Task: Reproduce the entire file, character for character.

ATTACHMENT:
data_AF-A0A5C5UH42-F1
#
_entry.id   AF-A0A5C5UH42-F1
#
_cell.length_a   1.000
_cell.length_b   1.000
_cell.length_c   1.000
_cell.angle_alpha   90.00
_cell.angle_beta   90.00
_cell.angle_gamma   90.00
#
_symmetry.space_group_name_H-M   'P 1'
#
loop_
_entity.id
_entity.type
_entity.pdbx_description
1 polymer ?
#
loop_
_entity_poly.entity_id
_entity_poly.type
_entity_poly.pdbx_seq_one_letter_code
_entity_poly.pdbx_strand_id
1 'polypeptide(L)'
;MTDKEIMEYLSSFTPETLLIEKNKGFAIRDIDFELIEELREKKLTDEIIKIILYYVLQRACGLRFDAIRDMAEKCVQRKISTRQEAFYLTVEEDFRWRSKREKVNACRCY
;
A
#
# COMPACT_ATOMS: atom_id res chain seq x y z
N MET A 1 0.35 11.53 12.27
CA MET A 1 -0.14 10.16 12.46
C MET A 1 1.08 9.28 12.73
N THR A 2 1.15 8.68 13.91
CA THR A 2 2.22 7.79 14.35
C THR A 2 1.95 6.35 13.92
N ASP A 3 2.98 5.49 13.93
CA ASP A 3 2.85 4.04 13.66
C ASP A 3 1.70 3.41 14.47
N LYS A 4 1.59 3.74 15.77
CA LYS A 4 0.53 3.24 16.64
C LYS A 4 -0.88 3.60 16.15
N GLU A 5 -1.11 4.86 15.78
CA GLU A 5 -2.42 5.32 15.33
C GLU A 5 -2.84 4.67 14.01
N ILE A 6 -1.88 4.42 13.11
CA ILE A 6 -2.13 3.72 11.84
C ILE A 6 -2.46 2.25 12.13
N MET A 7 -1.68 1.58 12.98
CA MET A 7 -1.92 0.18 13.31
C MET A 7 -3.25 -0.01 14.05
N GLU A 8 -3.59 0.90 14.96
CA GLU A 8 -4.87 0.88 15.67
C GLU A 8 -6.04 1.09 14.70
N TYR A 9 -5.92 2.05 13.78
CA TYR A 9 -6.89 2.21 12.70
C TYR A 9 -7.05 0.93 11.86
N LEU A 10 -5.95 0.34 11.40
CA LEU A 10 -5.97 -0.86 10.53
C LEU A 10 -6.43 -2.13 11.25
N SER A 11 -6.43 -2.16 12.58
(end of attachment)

data_AF-A0A5C5UH42-F1
#
_entry.id   AF-A0A5C5UH42-F1
#
_cell.length_a   1.000
_cell.length_b   1.000
_cell.length_c   1.000
_cell.angle_alpha   90.00
_cell.angle_beta   90.00
_cell.angle_gamma   90.00
#
_symmetry.space_group_name_H-M   'P 1'
#
loop_
_entity.id
_entity.type
_entity.pdbx_description
1 polymer ?
#
loop_
_entity_poly.entity_id
_entity_poly.type
_entity_poly.pdbx_seq_one_letter_code
_entity_poly.pdbx_strand_id
1 'polypeptide(L)'
;MTDKEIMEYLSSFTPETLLIEKNKGFAIRDIDFELIEELREKKLTDEIIKIILYYVLQRACGLRFDAIRDMAEKCVQRKISTRQEAFYLTVEEDFRWRSKREKVNACRCY
;
A
#
# COMPACT_ATOMS: atom_id res chain seq x y z
N MET A 1 0.35 11.53 12.27
CA MET A 1 -0.14 10.16 12.46
C MET A 1 1.08 9.28 12.73
N THR A 2 1.15 8.68 13.91
CA THR A 2 2.22 7.79 14.35
C THR A 2 1.95 6.35 13.92
N ASP A 3 2.98 5.49 13.93
CA ASP A 3 2.85 4.04 13.66
C ASP A 3 1.70 3.41 14.47
N LYS A 4 1.59 3.74 15.77
CA LYS A 4 0.53 3.24 16.64
C LYS A 4 -0.88 3.60 16.15
N GLU A 5 -1.11 4.86 15.78
CA GLU A 5 -2.42 5.32 15.33
C GLU A 5 -2.84 4.67 14.01
N ILE A 6 -1.88 4.42 13.11
CA ILE A 6 -2.13 3.72 11.84
C ILE A 6 -2.46 2.25 12.13
N MET A 7 -1.68 1.58 12.98
CA MET A 7 -1.92 0.18 13.31
C MET A 7 -3.25 -0.01 14.05
N GLU A 8 -3.59 0.90 14.96
CA GLU A 8 -4.87 0.88 15.67
C GLU A 8 -6.04 1.09 14.70
N TYR A 9 -5.92 2.05 13.78
CA TYR A 9 -6.89 2.21 12.70
C TYR A 9 -7.05 0.93 11.86
N LEU A 10 -5.95 0.34 11.40
CA LEU A 10 -5.97 -0.86 10.53
C LEU A 10 -6.43 -2.13 11.25
N SER A 11 -6.43 -2.16 12.58